When I read something I’ve written, I can usually tell when the sentences flow gracefully from one to the next, like perfectly-placed steps in a cascading waterfall. Conversely, I grimace while reading sections of my prose that are repetitive, disjointed, and confusing. A few days ago, while editing a chapter from an upcoming novel, I experienced an intense version of the second scenario. Each sentence felt forced, an awkward splatter of words that forced (rather than smoothly drove) the plot forward. Typically, I relish rewriting poorly conceived descriptions and stiff dialogue. Since I’ve already translated my imagination onto the page, rewriting crappy paragraphs can be relaxing when compared to the initial effort to fill an intimidating blank space. This time, however, I simply could not proceed.
I struggle now with describing the sensation. I looked at the words, saw that they were horrible, and I could not—no matter how intensely I focused—come up with better phraseology. Imagine that you went to medical school for years to become a surgeon. You’ve performed hundreds of successful surgeries. Then, one day, you’re in the operating room, staring at an open chest cavity, and you don’t know how to use the scalpel you’re holding. You don’t even know where the heart is, or what the beeping from the machine to your left indicates. Granted, this is an over-dramatization of what I experienced (since no patients would perish on my operating table if I failed to rewrite a paragraph), but that’s how I felt, like I’d forgotten how to write.
Writing is a creative endeavor, and creativity differs from other types of mental work. I can code websites all day long, and even though I become tired towards the end fo the day, a simple rest recharges my mental energy and enables me to continue coding. Not so with writing. A week of rest did not cure my writer’s block. When I couldn’t edit previously-written content, I tried to start writing a new chapter. When that failed, I attempted to write down ideas for a completely separate book. When even that proved an insurmountable struggle, I stared at a blank document for an hour, trying to get down a few words for an essay. Two weeks passed, and I started to worry. Had I somehow broken my brain? Was I sick? Did my imagination vanish? I scoured the internet for writer’s block solutions, reading others’ experiences and trying to compare them to my own. I tried everything I could think up. Then, one day, I woke up, sat down at my computer, and I wrote five thousand words. The block had ended.
So what changed? The disturbing answer is, unfortunately, that nothing changed. Writing is like the magic from the Harry Potter series: powerful and inventive yet inexplicable and lacking rules. Someone had bewitched me with a “Confundus Charm,” and it took a while for it to wear off. While I don’t know what happened, exactly, I do have a few ideas.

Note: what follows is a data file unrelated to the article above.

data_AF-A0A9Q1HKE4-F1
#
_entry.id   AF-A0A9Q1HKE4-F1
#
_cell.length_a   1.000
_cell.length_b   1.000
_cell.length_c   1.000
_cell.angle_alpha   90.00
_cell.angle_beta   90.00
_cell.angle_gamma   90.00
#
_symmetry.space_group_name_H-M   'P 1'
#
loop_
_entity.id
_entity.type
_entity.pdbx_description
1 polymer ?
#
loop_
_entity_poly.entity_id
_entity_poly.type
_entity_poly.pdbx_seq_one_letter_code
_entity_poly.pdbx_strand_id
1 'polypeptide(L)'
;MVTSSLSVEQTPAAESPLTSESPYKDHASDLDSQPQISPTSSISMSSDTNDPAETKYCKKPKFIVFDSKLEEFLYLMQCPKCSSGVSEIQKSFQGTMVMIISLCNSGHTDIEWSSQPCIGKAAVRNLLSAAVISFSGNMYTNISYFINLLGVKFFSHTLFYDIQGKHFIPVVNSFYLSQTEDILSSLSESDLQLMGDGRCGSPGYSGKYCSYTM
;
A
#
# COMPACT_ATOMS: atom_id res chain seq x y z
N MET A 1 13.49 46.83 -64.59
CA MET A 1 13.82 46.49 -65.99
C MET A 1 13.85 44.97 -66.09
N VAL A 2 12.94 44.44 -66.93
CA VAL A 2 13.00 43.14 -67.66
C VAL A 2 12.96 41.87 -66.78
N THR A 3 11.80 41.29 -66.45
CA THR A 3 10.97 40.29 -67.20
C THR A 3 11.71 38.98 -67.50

First, I now realize that during the time I could not write, my brain continued to actively cycle through ideas for my book. Lengthy showers became ideal brainstorming sessions, and I forged a few important connections that would strengthen my narrative. Throughout the day, the chances were high that I’d be considering a character’s motivations, or that I would be mentally introducing new plot points to glue together previous ideas. Perhaps writer’s block is like frying potatoes; if you drop your potato into the oil before it is too hot, you wind up with an oil-soaked, inedible log. However, if you wait for the oil to sizzle, the potato becomes a crispy French fry.
Second, external stressors take an undeniable toll on creative output. Lots of people are stressed out right now due to the state of the world and how that impacts their lives, and I am no exception. Some days, the stress tips me over the edge to a point where I don’t particularly feel like getting out of bed, much less spend hours writing.
Third, the history of a book can become a heavy burden. As a manuscript grows in length, so too do all the pieces an author needs to track. Even the most meticulous planner can become stymied by unpredictable complexities that arise through the course of writing. I don’t think my brain absorbs information immediately. It takes a while for the fabric of what I’ve written to weave itself through my mind to the point that it becomes intuitive understanding that I can rely upon for future chapters.
In the end, writer’s block is a fact of existence that most of us need to accept. Force doesn’t solve all problems — certainly, it doesn’t smash through writer’s block. Sometimes, time is the primary elixir contributing to the cure, and time marches forward at a single speed. The next time I am hit with a bout of writer’s block, I will be a smidge more confident that I haven’t permanently damaged my brain and that the words will eventually flow once more.